Welcome . . . 


I hope you are holding up through one of the most challenging times our world has ever faced. If it’s not spiking Coronavirus numbers, then parents are hanging on by their fingernails while trying to manage work and family life. And if it’s not suffocating family stress, then it’s systemic racism that continues to plague our cities. Our political systems are grinding away without accomplishing much, and as for our president, forget about it. I’ve never seen our nation at a lower point in my entire life.


And so, why art?


I want to give you a personal answer. For me at least, art is life. Art makes us think and feel, and it almost always opens up a new vista in order to freshen our thinking. Art challenges and comforts us. It brings us back home to a place of familiarity, while simultaneously sending us forth on interesting and challenging journeys. 


It can be anything. Music. (I’ve been listening to the new Bob Dylan CD, and I love it.) A film. (I’ve been watching lots of films from the Criterion Channel, including several old films from Japan.) It might be that we need a good novel. (I’m reading old Peter DeVries books, finding myself laughing out loud every other page.) Or art may take the form of an interesting sculpture, like the great orange Calder work on the Indiana University campus. And then of course there are the Netfix and PBS binges!


The particular art form is not as important as making sure we are getting our recommended daily intake of art. Art feeds the soul, and if there was ever a time our souls needed to be fed, it is now. Of course, art includes my paintings. I work in my studio every afternoon. It’s solitary work. I never quite know what will happen or where a creative inkling my take me. But I follow, often blindly, following a path of paint and color, texture and canvas. 


I paint for myself. Yes, I do it for me. But not exclusively for me. I think of people I have known through the years, wondering if they might find this work or that work engaging. Certain themes run through my mind, but they are also themes that run through everyone’s life. Loneliness. Despair. Hope. Memory. Beauty. Feeling. Resilence. This is the “stuff” of our humanity, and in one way or another, it finds its way on the canvas.


I’m offering four modest exhibitions . . . if you are interested in purchasing a piece, please feel free to send me an email at . . . If you need me to work with you on a price, I am happy to do so. Also, because we are in such challenging times, I will be making a donation to the Studio Museum of Harlem each time I sell a painting.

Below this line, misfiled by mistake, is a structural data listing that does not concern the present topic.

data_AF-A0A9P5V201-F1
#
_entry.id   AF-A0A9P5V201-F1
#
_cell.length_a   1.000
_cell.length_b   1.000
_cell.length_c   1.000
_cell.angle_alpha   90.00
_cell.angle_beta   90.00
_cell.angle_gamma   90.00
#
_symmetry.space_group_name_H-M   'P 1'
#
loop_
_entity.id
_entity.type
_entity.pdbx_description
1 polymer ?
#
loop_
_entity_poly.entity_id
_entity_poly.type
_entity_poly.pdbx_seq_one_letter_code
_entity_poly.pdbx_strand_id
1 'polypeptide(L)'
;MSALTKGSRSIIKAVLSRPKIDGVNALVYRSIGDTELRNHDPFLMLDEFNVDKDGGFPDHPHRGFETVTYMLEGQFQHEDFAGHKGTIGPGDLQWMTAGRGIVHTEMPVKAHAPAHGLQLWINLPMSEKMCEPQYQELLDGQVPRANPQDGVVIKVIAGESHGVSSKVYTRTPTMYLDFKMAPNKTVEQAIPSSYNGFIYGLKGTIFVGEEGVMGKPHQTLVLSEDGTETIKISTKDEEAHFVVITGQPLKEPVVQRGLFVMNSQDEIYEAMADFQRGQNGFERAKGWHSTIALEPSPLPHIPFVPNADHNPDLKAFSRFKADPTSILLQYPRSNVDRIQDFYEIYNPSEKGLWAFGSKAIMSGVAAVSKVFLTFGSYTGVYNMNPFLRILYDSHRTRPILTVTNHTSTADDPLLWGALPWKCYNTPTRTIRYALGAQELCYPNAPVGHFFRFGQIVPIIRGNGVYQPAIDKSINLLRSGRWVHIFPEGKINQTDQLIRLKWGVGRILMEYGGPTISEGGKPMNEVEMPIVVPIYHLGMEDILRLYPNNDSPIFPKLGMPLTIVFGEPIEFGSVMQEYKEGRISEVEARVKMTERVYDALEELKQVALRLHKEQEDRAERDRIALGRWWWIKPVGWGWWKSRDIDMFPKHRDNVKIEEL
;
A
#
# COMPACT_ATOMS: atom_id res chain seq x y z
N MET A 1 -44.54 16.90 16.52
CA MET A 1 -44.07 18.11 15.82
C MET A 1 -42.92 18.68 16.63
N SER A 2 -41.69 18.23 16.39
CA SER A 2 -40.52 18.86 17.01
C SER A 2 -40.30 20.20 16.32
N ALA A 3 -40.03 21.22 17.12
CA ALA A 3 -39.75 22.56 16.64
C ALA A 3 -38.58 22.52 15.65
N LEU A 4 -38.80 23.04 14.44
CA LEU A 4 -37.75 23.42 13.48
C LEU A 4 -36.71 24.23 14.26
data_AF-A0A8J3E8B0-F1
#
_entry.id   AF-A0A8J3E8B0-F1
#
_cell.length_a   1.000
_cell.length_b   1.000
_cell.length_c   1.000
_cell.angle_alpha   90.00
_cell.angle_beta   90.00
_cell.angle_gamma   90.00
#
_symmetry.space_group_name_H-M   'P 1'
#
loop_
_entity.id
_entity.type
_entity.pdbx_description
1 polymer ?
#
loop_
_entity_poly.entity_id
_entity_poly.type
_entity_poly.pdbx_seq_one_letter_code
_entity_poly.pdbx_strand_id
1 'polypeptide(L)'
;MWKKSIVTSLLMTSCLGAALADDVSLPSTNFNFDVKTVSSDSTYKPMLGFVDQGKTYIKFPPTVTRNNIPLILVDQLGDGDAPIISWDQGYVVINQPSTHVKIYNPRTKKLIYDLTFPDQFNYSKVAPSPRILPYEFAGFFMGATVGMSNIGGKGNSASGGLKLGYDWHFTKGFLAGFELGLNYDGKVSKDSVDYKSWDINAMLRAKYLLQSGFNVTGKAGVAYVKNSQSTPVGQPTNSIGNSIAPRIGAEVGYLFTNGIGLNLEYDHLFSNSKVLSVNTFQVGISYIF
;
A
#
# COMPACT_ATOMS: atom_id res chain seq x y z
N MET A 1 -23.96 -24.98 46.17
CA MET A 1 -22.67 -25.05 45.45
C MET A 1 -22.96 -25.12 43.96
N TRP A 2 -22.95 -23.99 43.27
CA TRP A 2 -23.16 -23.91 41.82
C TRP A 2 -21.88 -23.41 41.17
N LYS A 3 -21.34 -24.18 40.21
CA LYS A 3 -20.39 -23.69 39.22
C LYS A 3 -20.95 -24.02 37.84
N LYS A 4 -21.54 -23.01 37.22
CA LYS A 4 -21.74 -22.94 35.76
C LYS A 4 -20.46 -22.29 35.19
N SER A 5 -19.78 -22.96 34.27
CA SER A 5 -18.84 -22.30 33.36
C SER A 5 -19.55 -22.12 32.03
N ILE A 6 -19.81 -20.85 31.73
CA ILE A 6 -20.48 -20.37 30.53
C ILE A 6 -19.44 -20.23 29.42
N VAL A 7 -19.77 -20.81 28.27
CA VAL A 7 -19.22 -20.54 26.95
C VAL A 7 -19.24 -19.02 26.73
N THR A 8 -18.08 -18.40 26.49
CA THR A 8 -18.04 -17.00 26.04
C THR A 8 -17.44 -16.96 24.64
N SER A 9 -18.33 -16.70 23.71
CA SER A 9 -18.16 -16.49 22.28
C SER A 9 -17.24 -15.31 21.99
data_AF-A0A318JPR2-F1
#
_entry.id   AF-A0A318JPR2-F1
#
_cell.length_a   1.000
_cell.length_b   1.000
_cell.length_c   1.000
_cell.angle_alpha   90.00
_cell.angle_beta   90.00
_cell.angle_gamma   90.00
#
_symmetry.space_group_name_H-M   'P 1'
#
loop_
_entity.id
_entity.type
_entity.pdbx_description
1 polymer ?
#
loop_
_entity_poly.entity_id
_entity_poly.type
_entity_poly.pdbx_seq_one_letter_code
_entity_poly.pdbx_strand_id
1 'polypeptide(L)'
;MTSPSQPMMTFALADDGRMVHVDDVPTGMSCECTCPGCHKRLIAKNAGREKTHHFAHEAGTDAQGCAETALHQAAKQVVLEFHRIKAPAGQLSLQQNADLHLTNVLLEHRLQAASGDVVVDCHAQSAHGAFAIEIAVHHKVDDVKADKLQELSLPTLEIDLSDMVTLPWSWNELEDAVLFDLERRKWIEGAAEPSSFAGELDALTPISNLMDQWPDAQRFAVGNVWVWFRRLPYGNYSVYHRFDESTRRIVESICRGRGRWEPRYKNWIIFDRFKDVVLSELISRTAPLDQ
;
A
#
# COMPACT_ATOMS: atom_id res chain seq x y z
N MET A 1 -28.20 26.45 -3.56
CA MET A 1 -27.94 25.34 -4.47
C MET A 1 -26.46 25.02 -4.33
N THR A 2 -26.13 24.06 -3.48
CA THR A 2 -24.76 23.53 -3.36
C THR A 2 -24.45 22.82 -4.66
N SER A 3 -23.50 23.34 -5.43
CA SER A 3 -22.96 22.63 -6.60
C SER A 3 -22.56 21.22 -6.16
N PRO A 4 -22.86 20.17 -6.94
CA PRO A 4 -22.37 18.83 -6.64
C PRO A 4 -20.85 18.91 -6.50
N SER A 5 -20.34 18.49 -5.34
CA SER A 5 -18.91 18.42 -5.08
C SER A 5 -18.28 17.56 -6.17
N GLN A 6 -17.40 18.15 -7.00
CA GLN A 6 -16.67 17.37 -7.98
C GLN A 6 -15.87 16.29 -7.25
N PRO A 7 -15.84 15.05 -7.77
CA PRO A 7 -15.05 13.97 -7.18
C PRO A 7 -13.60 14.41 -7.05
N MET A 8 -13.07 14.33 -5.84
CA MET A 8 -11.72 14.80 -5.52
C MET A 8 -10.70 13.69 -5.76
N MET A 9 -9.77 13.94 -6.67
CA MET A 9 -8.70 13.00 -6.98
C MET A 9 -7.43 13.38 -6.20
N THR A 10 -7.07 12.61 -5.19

The first gallery is titled "Time Is a Language." As I worked on these paintings, I found myself thinking about time, how time passes, how time, including the past, is always with us and pressing itself upon us, and how certain times in our lives take on feeling tones and color. Red times of burning anger. Blue times of depression and loss. Time as texture when, in the words of Van Morrison, the “rough God comes riding.”  


The second gallery is "Graffito." In the most primitive way of thinking about it, writing is a concentration of marks on a page. Or on a wall. Or cave. Or Interstate underpass. There is an aesthetic look of marks on a page that I find so appealing. I often take photos of graffito when I’m walking around in cities. In my Graffito paintings I’m exploring the relationship of paint and random / not-so-random marks and experiences. I’m especially interested how straight lines are juxtaposed with random graffiti-like marks. I’m only at the beginning stages of this exploration, but I’m thinking more and more that all of lives can be measured by the accumulated graffiti of our living. 


The third gallery is "The Divine Feminine." Over the past several years I have been obsessed with these female faces. Really one feminine face in a variety of iterations. The face is primitive. Folklorish. Raw. It’s become clear to me that what I’ve really been exploring is the feminine face of divine mystery. Not a woman but WOMAN qua WOMAN. Regardless of how one eventually defines “God,” what is important is to tap into the rich feminine / psychological energy that pulses through the universe. 


The final gallery is titled "Remembering Provence." Provence, that southern-most region of France, is magical. I’ve been there many times. But now (in my old age) I understand that Provence also exists as a place within my psyche. It’s color and texture. Memory of long afternoons in the sun, lazy outdoor lunches, and laughter with friends. It’s the way sun hits an ancient wall or how water glistens off in the distance upon the surface of the Mediterranean Sea. These simplified paintings offer a visual invitation to anyone – To all of us quarantined! – to use our imagination and allow art to take us to new places of beauty.


I hope you enjoy the paintings. (Pass along my website to others.) I’m always glad to hear from you. I wish each and every one of you deep peace during this difficult time, a time when we’re all redesigning what it means to live artfully with our lives. 


Thanks for submitting!